You are standing near the top of the cliff (blue arrow), looking in the direction of the green arrow.
A Loess? Unstratified Fine Tan Silts.
Exposed here near the top of the cliff, is a fine uniform tan silt with no sign of layering. This could be a
Large deposits of Loess are found associated with glacial ice sheet advances. A loess is an accumlation of windblown dust in areas in front of continental ice sheets, in areas that are not covered by ice. The windblown dust of a loess is derived from erosion resulting from changes in vegitation as ice sheets advance. Oddly enough, despite being so far North, this part of northern Alaska was not covered by the North American continental ice sheet during the Pleistocene glacial advances. Thus this is not an unreasonable place to find loess instead of glacial till.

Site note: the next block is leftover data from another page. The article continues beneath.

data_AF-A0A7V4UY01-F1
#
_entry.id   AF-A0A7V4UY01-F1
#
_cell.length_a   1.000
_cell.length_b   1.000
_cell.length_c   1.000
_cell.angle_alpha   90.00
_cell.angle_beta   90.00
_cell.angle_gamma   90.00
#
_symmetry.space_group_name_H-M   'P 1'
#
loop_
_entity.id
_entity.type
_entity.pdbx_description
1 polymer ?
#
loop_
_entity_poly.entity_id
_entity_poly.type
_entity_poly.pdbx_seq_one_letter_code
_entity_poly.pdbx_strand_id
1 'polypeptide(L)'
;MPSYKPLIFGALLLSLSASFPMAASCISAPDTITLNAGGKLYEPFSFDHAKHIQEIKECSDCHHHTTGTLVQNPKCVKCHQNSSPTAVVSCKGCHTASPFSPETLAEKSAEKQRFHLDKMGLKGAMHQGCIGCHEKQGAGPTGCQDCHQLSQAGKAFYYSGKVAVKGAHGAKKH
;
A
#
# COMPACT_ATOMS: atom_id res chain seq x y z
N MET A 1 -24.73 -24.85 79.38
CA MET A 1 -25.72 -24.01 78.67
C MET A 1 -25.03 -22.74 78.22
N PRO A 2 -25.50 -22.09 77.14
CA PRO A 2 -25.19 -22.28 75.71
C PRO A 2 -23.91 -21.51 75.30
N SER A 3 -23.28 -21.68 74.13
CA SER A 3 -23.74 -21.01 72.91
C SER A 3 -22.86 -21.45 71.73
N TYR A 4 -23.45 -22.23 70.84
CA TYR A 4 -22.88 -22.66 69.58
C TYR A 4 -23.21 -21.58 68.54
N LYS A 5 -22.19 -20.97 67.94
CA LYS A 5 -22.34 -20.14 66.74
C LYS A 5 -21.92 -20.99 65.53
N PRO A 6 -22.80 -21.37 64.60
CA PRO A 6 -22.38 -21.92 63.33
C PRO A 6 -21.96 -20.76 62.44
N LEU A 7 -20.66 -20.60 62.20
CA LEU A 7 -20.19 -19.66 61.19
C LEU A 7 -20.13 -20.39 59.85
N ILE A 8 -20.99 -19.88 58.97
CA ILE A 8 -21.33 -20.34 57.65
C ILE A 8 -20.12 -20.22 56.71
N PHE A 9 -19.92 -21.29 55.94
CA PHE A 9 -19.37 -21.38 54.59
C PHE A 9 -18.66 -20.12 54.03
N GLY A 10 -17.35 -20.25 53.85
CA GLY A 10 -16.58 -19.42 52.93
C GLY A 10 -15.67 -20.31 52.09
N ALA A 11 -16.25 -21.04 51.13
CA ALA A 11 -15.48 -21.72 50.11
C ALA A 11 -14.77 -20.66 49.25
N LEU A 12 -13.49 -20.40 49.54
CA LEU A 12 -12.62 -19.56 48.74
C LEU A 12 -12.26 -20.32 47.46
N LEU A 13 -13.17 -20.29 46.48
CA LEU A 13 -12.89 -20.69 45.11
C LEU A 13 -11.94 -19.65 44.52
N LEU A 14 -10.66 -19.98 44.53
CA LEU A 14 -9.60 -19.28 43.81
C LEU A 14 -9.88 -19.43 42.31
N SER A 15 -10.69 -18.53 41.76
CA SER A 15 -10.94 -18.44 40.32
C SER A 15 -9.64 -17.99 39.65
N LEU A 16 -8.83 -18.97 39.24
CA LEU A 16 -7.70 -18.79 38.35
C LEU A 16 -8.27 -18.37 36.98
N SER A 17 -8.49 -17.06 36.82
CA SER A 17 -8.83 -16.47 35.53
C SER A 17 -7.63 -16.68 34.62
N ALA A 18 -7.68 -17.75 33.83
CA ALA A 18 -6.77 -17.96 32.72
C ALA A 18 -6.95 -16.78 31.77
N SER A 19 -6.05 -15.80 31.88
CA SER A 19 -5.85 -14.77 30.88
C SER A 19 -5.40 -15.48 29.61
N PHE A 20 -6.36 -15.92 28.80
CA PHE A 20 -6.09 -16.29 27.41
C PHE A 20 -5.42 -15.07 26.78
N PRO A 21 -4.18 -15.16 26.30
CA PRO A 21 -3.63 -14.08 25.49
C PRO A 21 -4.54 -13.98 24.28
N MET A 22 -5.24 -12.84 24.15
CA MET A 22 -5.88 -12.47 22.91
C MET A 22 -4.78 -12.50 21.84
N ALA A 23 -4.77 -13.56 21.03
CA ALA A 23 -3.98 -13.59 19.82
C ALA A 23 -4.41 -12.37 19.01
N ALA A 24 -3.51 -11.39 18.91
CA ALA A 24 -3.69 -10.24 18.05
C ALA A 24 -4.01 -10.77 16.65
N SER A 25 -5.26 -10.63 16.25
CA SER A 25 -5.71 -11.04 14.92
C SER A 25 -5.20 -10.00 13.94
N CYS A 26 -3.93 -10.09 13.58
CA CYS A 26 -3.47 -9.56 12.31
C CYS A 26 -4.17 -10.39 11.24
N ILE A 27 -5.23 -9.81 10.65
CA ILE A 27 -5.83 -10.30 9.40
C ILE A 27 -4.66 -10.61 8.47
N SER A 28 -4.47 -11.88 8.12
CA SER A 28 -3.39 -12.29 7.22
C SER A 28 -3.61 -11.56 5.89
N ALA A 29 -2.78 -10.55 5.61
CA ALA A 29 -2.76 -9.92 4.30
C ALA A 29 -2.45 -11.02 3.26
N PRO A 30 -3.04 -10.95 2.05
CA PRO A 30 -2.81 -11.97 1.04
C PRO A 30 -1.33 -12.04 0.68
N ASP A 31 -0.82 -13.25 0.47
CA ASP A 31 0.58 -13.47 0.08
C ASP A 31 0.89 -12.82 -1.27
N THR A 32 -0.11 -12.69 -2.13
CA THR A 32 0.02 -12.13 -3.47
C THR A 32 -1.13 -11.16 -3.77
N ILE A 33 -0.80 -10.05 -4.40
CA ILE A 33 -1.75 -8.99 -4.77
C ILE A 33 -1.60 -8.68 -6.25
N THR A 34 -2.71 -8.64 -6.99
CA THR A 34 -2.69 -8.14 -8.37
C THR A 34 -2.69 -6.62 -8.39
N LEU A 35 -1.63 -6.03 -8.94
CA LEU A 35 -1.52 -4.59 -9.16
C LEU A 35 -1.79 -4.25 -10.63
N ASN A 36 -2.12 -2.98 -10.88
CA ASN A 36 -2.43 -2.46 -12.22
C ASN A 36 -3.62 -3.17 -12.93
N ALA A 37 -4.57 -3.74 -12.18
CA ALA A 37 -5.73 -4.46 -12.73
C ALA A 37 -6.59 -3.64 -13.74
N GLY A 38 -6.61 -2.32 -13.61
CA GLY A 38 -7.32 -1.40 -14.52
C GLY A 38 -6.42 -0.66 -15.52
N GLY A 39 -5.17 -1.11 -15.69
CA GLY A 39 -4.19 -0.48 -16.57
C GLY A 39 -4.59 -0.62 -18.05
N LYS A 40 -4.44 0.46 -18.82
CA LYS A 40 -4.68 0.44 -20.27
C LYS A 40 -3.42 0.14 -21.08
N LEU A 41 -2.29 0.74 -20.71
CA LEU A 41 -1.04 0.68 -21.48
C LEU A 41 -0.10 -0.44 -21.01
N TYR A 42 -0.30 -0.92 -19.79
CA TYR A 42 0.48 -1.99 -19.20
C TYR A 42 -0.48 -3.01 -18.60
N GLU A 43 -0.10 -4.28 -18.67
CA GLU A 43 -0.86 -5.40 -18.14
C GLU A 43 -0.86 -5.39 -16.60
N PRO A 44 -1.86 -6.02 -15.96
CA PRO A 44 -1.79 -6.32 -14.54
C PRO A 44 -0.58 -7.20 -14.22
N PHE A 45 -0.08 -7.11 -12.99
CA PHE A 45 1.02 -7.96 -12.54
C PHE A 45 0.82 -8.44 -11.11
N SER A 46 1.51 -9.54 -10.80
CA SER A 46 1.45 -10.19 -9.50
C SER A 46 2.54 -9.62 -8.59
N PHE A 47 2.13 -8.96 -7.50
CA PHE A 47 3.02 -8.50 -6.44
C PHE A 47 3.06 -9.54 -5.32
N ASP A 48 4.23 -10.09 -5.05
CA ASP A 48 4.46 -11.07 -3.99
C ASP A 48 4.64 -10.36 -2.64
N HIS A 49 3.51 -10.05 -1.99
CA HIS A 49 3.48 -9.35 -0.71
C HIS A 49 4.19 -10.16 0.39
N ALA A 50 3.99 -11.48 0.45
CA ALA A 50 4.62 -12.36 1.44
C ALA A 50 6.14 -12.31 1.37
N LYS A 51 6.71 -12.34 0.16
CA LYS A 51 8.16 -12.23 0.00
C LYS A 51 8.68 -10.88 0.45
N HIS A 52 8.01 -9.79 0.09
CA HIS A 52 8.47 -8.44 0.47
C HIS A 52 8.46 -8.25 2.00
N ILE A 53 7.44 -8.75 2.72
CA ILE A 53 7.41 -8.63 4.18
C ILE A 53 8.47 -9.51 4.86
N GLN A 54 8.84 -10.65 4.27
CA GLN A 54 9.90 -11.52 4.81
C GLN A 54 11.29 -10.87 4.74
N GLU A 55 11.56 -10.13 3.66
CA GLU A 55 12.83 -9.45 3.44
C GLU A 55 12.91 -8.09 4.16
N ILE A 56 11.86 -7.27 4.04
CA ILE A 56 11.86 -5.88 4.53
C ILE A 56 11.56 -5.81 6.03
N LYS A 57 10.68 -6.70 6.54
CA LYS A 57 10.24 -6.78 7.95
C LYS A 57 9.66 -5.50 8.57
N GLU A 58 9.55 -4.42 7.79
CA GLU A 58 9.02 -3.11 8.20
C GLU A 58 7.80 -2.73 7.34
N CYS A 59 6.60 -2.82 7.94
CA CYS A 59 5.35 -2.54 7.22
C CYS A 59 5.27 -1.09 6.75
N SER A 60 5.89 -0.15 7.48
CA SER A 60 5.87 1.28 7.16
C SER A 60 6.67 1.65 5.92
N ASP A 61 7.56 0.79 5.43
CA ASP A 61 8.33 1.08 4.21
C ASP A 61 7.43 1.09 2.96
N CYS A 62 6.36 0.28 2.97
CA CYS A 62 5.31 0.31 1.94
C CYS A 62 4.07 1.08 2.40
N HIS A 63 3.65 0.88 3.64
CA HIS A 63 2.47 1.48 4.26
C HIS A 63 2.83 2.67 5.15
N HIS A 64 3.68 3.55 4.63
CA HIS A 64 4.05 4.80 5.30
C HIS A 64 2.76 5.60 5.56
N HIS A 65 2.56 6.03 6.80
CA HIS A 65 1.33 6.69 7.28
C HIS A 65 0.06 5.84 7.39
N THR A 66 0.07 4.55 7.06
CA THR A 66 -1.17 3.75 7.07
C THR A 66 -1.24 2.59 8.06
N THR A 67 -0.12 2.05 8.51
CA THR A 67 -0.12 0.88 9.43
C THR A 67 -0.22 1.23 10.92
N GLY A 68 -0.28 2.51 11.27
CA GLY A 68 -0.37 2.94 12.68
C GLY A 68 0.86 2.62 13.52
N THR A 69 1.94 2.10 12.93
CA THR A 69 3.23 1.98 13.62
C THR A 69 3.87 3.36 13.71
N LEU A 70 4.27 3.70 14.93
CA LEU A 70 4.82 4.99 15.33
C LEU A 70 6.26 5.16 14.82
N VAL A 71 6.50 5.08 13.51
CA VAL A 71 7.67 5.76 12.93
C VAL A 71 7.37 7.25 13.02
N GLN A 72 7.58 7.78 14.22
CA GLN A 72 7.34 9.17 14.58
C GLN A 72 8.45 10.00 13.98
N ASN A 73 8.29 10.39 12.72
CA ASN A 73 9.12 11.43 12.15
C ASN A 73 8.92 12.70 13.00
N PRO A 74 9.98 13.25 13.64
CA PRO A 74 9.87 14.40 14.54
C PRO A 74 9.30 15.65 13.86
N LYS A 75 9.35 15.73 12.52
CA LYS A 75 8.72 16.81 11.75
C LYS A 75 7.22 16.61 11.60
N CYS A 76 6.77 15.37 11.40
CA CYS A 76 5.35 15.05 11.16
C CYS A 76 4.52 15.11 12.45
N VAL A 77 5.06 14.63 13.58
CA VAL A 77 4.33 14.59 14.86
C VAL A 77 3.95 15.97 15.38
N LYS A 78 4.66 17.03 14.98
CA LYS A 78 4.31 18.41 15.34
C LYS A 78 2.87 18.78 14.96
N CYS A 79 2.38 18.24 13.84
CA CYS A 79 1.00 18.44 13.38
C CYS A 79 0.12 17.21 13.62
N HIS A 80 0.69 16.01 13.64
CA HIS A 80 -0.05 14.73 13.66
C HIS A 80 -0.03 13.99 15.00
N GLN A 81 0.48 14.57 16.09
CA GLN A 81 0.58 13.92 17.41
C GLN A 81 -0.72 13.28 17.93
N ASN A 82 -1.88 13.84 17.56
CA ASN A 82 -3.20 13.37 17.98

From here you can:
Look at some dark stuff at the very top of the cliff.
Climb out onto the tundra.
Climb back down to the rocks exposed on the cliff.
Climb back down to the bottom of the gully.
Sources: See beginning of trip.
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Copyright © 1998 Athro, Limited. All Rights Reserved.
Written by Paul J. Morris email@example.com
Maintained by Athro Limited
Date Created: 22 Apr 1998
Last Updated: 23 Jan 2000